This is an amazing video of the new FemBots from Japan. These robots are incredibly lifelike for nascent androids. With or without the background music, it evokes an eerie feeling.
The vision of iRobot and elements of Star-Trek (remember the character “Data”) are becoming a reality in front of our very eyes.
This is a convergence of humanity and technology, as scary as that sounds. (No not our hearts and souls, but definitely recognizable physical dimensions).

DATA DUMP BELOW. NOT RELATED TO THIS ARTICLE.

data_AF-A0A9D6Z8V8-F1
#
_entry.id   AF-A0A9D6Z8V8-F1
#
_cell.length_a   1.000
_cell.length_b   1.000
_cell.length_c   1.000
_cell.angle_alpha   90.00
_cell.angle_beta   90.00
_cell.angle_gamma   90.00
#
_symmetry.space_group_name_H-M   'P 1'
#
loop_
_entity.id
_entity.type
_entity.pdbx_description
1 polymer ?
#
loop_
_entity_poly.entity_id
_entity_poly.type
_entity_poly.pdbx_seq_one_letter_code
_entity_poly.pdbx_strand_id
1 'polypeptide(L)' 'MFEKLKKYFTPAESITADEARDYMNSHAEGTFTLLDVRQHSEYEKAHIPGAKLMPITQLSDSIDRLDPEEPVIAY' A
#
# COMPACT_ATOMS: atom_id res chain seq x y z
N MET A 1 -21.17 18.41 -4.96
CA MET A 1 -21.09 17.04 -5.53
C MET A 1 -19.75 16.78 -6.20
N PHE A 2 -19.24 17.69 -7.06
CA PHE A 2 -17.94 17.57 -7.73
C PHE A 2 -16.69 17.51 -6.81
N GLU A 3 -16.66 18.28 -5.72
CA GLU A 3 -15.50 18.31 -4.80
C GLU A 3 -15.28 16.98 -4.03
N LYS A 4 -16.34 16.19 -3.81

No longer are we talking about simple human-computer interfaces, computer ergonomics, or user-centric architecture design, but rather, we are now moving toward the actual technology with emerging human semblance, charateristics, even some notional speech and affect, etc.
I came across this video the same day today that I saw on FOX news a breakthrough in robotic limbs for people. A man had actually been fitted and was using a robotic hand that responded to his muscle movement. Obviously, this offers huge possibilities for people with disabilities.
Man to machine and machine to man. How far will it go?